Why do I sometimes have the impression that my students are baby birds with their mouths open waiting for me to fill them with wormy pearls of wisdom? Oh yeah, because sometimes I just talk too much, spewing out maggoty messages to fill my students’ heads with knowledge. It could be, once again, I’ve been tangled in helping my students create the perfect product and have made the rookie mistake of focusing on the endgame instead of focusing on the process of investigation and inquiry.
After reflecting on this problem, I’ve come to the conclusion there are several factors in play: teacher assessments are often based on products, contests that are won based on products, school assessments are based on data gathered from final assessments, and let’s be honest; focusing on a product rather than a process is easier to control. We teachers are evaluated and assessed on outcome, which is easier to measure than the process. How can we focus on the process?
We can allow our students to struggle.
While it is uncomfortable to not immediately answer when a student asks a question, it’s okay for students to wrestle with a problem…better than okay, this struggle is what grows the brain and allows students to become resilient and persist when the going isn’t smooth and easy.
My co-worker Bonny has a rule that her students are not allowed to ask for help until after they have tried to solve their question for about five or ten minutes. At first students angrily complain,”Why aren’t you helping me? Isn’t it your job to tell me how to do this?” (Yikes, have we been teaching them it is our job to immediately provide any and all answers?) After students have unsuccessfully tried getting us teachers to do their work, they often dig in and try. If students are still frustrated, ask students to make their questions specific. This encourages them to think about what they need and where there is confusion. Support students with guiding questions.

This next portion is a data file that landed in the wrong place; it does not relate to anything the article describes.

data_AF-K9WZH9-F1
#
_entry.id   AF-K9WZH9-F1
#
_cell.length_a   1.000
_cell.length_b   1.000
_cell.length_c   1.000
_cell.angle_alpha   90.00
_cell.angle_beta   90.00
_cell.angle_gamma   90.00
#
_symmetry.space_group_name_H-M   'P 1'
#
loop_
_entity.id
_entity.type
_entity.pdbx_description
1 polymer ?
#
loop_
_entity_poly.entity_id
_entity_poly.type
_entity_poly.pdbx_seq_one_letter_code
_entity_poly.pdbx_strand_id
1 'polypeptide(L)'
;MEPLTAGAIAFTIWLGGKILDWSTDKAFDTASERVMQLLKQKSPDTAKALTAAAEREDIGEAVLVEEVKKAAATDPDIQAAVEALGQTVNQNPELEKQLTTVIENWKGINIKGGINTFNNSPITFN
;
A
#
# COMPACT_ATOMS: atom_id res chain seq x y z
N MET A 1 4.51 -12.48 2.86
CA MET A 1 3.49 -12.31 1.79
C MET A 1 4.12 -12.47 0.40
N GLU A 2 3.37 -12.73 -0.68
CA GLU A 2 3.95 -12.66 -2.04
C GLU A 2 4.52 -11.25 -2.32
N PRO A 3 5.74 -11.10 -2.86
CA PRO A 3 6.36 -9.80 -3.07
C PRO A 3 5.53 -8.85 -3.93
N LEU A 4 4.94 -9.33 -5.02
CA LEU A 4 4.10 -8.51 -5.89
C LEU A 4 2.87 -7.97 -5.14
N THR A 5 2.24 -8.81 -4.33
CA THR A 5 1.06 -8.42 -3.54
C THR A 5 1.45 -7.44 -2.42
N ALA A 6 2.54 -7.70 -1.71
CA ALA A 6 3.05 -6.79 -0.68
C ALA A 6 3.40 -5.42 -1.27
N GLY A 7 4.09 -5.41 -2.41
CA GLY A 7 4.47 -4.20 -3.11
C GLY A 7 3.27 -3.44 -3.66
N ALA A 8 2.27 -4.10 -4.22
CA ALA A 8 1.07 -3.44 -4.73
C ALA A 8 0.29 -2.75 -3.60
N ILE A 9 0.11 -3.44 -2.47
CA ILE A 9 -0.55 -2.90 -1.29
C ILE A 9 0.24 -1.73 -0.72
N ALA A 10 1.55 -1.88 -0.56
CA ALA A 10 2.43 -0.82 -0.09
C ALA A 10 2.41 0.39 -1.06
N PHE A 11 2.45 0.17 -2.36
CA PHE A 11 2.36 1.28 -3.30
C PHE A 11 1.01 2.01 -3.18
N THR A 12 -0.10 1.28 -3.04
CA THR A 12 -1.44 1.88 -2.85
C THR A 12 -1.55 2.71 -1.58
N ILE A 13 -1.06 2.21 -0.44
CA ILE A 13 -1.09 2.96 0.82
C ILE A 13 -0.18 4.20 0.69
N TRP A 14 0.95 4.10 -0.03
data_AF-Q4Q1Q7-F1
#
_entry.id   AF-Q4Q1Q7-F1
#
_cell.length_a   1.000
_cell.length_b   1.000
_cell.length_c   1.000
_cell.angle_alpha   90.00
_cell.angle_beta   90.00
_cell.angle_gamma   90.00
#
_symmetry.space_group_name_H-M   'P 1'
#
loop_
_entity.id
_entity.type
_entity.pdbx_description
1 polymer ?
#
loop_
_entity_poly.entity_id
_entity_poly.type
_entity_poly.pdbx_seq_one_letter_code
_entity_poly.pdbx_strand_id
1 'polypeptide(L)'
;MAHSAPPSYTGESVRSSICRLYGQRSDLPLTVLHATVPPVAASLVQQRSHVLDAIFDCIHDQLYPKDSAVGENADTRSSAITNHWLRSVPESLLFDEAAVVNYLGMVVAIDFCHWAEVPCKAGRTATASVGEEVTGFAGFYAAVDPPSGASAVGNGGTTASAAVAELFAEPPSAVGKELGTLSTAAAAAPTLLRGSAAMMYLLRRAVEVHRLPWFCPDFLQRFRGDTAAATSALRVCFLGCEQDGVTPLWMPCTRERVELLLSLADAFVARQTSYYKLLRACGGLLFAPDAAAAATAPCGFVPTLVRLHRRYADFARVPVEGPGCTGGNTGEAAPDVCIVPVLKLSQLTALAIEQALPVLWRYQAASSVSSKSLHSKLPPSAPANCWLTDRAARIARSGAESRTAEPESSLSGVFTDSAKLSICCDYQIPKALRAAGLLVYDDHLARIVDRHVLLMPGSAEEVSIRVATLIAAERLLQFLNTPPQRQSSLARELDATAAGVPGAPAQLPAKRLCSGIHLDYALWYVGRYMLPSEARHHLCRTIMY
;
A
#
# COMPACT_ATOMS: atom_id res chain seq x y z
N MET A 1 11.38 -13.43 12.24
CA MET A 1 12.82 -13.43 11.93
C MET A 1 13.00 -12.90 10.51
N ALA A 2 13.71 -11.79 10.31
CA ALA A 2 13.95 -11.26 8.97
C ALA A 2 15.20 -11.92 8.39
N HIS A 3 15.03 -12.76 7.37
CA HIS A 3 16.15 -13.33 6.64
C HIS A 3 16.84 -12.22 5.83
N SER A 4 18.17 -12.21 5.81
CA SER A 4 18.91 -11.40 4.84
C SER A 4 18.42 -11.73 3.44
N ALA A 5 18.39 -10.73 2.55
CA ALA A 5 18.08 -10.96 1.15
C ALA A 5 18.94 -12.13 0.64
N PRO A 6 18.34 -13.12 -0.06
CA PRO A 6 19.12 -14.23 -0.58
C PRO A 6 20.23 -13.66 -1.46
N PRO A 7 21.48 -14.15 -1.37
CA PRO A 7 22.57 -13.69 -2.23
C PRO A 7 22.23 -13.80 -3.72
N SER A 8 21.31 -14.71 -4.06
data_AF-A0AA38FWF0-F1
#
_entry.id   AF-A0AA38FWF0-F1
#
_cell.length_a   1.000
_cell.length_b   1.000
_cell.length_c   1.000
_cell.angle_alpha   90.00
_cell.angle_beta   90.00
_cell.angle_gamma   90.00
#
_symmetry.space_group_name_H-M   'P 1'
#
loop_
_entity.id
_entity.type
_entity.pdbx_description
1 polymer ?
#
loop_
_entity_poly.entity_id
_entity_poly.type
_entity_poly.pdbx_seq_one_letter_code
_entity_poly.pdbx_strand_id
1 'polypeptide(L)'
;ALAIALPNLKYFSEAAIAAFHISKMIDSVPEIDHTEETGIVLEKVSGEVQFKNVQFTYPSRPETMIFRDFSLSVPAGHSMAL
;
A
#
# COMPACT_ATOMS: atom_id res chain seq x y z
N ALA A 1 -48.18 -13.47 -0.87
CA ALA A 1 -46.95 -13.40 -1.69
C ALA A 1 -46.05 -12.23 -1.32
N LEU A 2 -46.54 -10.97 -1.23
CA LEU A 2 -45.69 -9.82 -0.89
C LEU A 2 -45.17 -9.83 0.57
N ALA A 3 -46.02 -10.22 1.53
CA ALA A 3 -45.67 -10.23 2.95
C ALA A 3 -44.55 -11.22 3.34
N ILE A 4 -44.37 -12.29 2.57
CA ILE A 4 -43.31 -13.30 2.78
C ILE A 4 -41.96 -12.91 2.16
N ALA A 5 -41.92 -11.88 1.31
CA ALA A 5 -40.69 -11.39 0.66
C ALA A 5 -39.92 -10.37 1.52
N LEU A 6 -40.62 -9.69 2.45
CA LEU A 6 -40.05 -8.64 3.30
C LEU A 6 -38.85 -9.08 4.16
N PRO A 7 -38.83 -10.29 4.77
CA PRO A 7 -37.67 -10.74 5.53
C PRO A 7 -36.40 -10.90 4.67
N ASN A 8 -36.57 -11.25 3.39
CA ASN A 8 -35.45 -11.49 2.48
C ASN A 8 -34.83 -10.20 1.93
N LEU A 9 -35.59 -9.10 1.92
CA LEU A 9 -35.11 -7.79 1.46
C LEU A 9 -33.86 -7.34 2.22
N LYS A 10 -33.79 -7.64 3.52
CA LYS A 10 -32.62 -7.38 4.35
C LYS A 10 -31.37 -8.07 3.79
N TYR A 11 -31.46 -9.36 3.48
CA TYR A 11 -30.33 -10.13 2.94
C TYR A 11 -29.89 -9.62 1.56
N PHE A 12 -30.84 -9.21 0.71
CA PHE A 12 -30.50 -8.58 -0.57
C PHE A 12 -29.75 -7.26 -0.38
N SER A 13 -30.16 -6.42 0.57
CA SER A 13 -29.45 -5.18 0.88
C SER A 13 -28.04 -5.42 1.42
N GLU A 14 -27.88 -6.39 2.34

We can ask our students to summarize their learning.
When students struggle, ask them to summarize what they think needs to be done. This will give you insight as to where the confusion lies. Address the confusion with a question instead of explaining everything. For example, if a student does not know how to write a reflective, thoughtful conclusion to their essay, instead of rushing in like a star quarterback, explaining every detail, coach them by showing some examples, allowing them to examine good writing techniques.
We can require students to self-evaluate their work instead of addicting them to our praise.
Instead of telling students what they have just learned, ask them to reflect on what they gained from the process. Too often students wait for the nod of approval and acceptance from the teacher. We are turning our students into praise addicts. We should be teaching our students how to evaluate their own success, building their self-confidence instead of making them dependent on external validation.
When we keep our mouths shut, we help our baby birds build intellectual, problem solving muscle, and soon these birds will mature and fly on their own.
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